The conditions for this problem occur when a user has multiple instances of Internet Explorer 5.5 browsers running in a given session. Under these circumstances, it is possible that a properly authenticated user could be prompted for credentials when accessing a Web server. This is a problem when the target Web server uses the Windows NT LAN Manager (NTLM) challenge and response security scheme.
Date Time Version Size File name
10/20/2000 03:50p 5.50.4522.1800 4,153,296 Advpack.dll
03/12/2001 10:17a 5.50.4522.1800 31,080 Ieexcep.cat
09/19/2000 04:42p 5.50.4522.1800 10,240 Instcat.exe
03/12/2001 10:17a 5.50.4522.1800 7,470 Q286338.cat
03/12/2001 10:17a 5.50.4522.1800 1,552 Q286338.inf
03/08/2001 11:41a 5.50.4522.1800 456,976 Urlmon.dll
11/21/1997 08:10a 5.50.4522.1800 21,504 Verinst.exe
10/20/2000 03:50p 5.50.4522.1800 2,272 W95inf16.dll
10/20/2000 03:50p 5.50.4522.1800 4,608 W95inf32.dll
Example: Previous Configuration of the .INS File
Example: Recommended Configuration of the .INS File
When Internet Explorer downloads the .ins file and configures it, it does various registry operations, one of which is deleting and re-creating the Internet settings\zonemap key. Internet Explorer keeps a handle to this key internally, and uses this handle to access any information under this key. When a new instance of Internet Explorer is opened, it once again downloads the .ins file and configures it. While configuring it, Internet Explorer once again deletes, and re-creates the zonemap key.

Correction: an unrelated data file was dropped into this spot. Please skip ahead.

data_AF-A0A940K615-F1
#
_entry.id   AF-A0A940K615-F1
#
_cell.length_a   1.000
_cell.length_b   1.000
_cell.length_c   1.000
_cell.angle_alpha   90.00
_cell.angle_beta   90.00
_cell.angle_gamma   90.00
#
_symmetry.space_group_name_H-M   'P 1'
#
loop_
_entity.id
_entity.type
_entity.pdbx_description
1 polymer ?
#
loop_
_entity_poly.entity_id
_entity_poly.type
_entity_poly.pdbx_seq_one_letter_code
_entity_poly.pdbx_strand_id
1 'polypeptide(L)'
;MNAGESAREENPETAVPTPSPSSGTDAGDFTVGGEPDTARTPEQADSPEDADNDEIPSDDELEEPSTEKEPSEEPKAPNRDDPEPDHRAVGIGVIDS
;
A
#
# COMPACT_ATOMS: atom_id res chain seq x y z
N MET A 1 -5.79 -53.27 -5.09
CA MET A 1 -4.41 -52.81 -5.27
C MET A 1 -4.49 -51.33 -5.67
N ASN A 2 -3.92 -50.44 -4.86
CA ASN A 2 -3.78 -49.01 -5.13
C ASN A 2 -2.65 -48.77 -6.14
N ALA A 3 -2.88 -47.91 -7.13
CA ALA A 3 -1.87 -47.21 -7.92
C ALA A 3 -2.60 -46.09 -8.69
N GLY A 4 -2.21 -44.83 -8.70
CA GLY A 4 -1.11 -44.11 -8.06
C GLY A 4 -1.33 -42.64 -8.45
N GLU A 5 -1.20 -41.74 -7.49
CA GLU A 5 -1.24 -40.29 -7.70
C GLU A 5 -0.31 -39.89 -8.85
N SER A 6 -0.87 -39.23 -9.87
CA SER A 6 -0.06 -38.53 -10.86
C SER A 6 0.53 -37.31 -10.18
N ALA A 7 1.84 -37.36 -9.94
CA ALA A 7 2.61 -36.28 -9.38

It is possible that the first instance will attempt to use the registry key, and that Internet Explorer will close because the operating system marks this key as deleted, and any registry operation will not succeed. This happens because the second instance of Internet Explorer is performing open and deletion operations on the zonemap registry keys. When this happens, the user sees the authentication dialog in the first instance of Internet Explorer because the first instance of Internet Explorer will be unable to determine the zonemap for a given URL, and fails to the safest configuration, which is to prompt the user for credentials.
Because the zone settings key is under both HKCU, and HKLM, and because both are identical, this prevents Internet Explorer from deleting the HKCU portion of the zonemap key, which solves the problem.
The impact of the suggested change is, that for any users on that computer, Internet Explorer will now no longer write to the HKCU key, and it reads all the information from HKLM key.
This is perfectly fine in almost all cases except for the following two:
- If the administrator has locked down the HKLM key for write access, and you want to add/remove to the list of domains that you consider as Intranet, or change any zone settings, this may not work because HKLM key is locked down.
- If the .ins file is rebuilt, the customer needs to remember to comment out this line at that time.
ID do Artigo: 286338 - Última Revisão: 19 de jun de 2014 - Revisão: 1